Front Caliper Rebuild

I went for a drive in Rover the other day and noticed it was a bit sluggish on the get go and wanted to slow down quicker than normal. Did a couple of checks on the road i.e. release the brakes put in neutral on a grade, and no movement. As I suspected the brakes were locking on.
That ended that trip so return home and raise the front, I have rebuilt the rear brakes previously so didn't start looking there, and check the wheels for rotation. Sure enough not much wheely turny happening without some effort.
Off with the calipers, the seals were brittle and cracked on both and the pistons were corroded and very hard to remove. I've ordered new pistons from Mark Gray and I already have the seal kits.
The outer dust seals on the left side these were relatively intact but there was heavy rust buildup on the pistons within the seal. Almost like the seals had no effect on keeping the piston clean and free of moisture.

When I rebuild the calipers and fit the new pistons (I'm going to use steel again) and seals I'm thinking there should be some grease coated on the pistons under the outer dust seal. This will keep out any moisture which may get past the seal.

Now to my question.What grease should I use? I have proper brake rubber grease for assembly, is this OK. Or should I look at a copper or nickel based grease? Also how will the grease perform when the brakes get how, will it spill out of the seals and contaminate the pads? I'm only looking to put on a thin smear of grease on the pistons, not too much.

Anyone with experience with this?

Many thanks,
1972 P6B 3500 V8 NZ Assembled


Well-Known Member
Staff member
Hi Craig,

The dust seals do work reasonably well, but only whilst they remain supple.

I would strongly advise against using any form of grease, for the reasons that you mentioned, melting and contamination.

The recommended replacement period for brake seals and the flexible brake lines is every 3 years, within the time frame that they will still be supple, but almost no one, myself included, will replace them so frequently.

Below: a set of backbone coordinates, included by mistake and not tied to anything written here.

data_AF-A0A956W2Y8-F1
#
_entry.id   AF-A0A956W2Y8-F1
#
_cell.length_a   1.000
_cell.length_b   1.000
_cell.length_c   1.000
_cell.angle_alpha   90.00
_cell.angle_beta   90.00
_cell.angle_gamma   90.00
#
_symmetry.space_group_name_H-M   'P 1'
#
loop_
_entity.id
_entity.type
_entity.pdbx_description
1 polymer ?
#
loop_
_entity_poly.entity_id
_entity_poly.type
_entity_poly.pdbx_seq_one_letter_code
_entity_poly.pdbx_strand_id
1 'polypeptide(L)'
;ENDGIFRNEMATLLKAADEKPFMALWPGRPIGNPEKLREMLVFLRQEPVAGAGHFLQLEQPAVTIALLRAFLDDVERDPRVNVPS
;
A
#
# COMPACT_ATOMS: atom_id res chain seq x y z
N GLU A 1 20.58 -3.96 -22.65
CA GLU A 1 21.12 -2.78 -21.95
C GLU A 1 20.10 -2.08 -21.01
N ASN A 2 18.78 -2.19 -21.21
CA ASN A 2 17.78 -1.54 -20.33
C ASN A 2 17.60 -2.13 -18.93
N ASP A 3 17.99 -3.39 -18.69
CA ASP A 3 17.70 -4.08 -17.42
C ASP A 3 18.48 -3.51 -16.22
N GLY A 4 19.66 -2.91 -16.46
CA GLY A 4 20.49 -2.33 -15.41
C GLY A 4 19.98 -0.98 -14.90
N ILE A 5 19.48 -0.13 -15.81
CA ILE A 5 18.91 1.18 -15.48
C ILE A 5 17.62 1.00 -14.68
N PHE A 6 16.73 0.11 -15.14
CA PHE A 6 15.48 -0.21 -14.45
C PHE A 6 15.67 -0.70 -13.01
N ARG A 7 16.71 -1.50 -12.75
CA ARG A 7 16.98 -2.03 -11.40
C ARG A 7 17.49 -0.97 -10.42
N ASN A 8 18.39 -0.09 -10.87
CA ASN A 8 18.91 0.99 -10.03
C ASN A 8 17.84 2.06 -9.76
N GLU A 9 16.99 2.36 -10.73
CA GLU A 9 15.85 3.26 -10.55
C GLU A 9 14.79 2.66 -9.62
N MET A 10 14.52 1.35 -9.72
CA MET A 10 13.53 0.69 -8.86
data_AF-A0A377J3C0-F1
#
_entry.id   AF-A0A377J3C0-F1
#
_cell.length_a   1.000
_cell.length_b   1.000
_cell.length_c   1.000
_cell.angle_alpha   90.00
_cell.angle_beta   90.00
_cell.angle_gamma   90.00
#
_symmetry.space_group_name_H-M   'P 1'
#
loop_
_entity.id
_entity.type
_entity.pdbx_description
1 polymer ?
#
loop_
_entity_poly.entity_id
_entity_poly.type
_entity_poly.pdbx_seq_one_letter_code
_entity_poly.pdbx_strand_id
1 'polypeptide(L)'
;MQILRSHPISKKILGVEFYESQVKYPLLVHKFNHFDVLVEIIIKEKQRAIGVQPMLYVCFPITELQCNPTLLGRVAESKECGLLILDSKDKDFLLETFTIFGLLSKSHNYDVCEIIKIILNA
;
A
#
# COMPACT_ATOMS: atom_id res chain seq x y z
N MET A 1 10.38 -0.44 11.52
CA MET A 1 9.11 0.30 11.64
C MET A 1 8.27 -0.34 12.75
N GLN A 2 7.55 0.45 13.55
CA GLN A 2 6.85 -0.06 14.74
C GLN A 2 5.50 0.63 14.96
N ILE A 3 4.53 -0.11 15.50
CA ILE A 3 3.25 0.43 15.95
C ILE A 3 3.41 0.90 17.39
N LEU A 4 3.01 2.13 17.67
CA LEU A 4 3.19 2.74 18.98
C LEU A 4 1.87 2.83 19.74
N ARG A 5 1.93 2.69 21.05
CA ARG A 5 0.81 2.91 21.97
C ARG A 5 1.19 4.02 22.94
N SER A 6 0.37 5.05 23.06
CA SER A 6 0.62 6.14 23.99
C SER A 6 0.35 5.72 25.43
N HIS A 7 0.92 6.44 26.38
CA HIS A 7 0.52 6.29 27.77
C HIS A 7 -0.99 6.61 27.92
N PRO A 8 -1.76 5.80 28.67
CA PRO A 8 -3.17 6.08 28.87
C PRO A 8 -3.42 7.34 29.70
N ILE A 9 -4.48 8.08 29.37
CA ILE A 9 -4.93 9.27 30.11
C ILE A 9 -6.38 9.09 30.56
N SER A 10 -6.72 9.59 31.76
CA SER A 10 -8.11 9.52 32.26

Both Bendix and Castrol make a specific brake grease which is designed not to damage the rubber components and provide high temperature protection. The bendix grease is blue, the Castrol grease red. both are silicon based I understand. generally you can't get them in small amounts as they are a trade product. You can get one time use packets but I don't believe they are of the same quality as the trade stuff. Make sure you specify Brake Grease not ordinary rubber grease.
Thank you both for the replies. I'll look for specific brake grease and lightly smear this on the insides of the rubber and exposed pistons.
Also looks like I should plan some preventative maintenance on the calipers in a couple of years time.


clive P62

Active Member
Hi guys.
This is what i use on my brake rebuilds.
I put a small amount of grease in the dust gaiter as well to keep out moisture .
Clive. 20161107_190146.jpg
hello Clive,
I have a 3500, just purchased as a 20 Year in a garage, post (some hopes)
I bought it unseen, distance the problem.
The brakes are seized solid, at the front so far.
I have the callipers off the car, I put 100lb air pressure on both, but only got the larger piston to move on one of them.
Which brings me to a previous post, maybe you refurbish these callipers as a buisness? The pistons would probably come out with the correct tooling,
I you can do this, would you email me
thank you


Active Member
you can often free stuck pistons by giving the caliper body a firm tap with a hammer whilst pressurizing the caliper
grease gun, worked well, how do I get the bloody grease out of the callipers. brake system out of order, so no good putting the callipers back on the car.
Any-one got an old master cylinder for sale or loan, may be able to set up on the bench